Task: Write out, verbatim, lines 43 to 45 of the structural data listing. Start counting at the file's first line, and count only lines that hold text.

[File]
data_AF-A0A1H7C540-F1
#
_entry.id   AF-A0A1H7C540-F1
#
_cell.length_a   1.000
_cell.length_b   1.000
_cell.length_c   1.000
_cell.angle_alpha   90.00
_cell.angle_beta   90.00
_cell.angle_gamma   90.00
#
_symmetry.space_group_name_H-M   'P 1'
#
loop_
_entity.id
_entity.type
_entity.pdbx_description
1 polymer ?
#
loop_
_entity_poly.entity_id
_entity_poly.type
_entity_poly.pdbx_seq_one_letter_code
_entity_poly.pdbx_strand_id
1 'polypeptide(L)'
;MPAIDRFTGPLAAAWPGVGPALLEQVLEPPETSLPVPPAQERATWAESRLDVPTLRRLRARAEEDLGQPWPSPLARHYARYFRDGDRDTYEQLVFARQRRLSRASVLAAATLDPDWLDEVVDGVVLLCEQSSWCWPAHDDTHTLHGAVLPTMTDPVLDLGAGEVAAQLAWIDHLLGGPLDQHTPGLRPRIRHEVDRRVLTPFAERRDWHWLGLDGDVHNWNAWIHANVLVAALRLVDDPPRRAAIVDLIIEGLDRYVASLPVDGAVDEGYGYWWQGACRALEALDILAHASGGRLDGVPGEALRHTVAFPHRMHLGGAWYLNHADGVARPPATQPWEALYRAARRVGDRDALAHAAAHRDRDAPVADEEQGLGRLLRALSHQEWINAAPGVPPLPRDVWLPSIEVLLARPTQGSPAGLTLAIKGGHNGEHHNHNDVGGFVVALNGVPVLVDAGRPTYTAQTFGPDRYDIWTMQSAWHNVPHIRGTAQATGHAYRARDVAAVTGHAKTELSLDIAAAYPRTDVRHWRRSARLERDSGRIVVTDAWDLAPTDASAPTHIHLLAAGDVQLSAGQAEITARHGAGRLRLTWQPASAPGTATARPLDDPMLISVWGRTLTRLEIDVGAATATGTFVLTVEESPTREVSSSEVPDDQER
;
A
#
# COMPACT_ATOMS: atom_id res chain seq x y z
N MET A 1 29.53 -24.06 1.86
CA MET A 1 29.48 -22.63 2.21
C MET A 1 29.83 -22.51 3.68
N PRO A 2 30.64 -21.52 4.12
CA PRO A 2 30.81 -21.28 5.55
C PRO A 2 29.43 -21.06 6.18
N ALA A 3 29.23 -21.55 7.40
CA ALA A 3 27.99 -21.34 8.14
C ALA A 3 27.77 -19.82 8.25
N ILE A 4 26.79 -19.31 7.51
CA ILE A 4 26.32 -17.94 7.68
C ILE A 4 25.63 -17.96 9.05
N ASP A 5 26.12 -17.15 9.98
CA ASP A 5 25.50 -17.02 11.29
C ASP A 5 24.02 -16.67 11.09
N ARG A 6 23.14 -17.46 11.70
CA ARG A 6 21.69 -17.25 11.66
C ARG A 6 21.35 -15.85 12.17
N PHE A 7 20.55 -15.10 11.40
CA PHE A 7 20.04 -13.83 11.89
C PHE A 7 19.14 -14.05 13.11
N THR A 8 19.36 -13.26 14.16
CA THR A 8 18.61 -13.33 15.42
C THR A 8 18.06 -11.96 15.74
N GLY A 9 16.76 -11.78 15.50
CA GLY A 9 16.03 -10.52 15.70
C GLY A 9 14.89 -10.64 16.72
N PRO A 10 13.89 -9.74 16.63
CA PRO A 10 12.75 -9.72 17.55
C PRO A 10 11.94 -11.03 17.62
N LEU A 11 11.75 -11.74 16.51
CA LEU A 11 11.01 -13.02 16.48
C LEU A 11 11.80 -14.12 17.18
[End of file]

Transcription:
N ASP A 5 26.12 -17.15 9.98
CA ASP A 5 25.50 -17.02 11.29
C ASP A 5 24.02 -16.67 11.09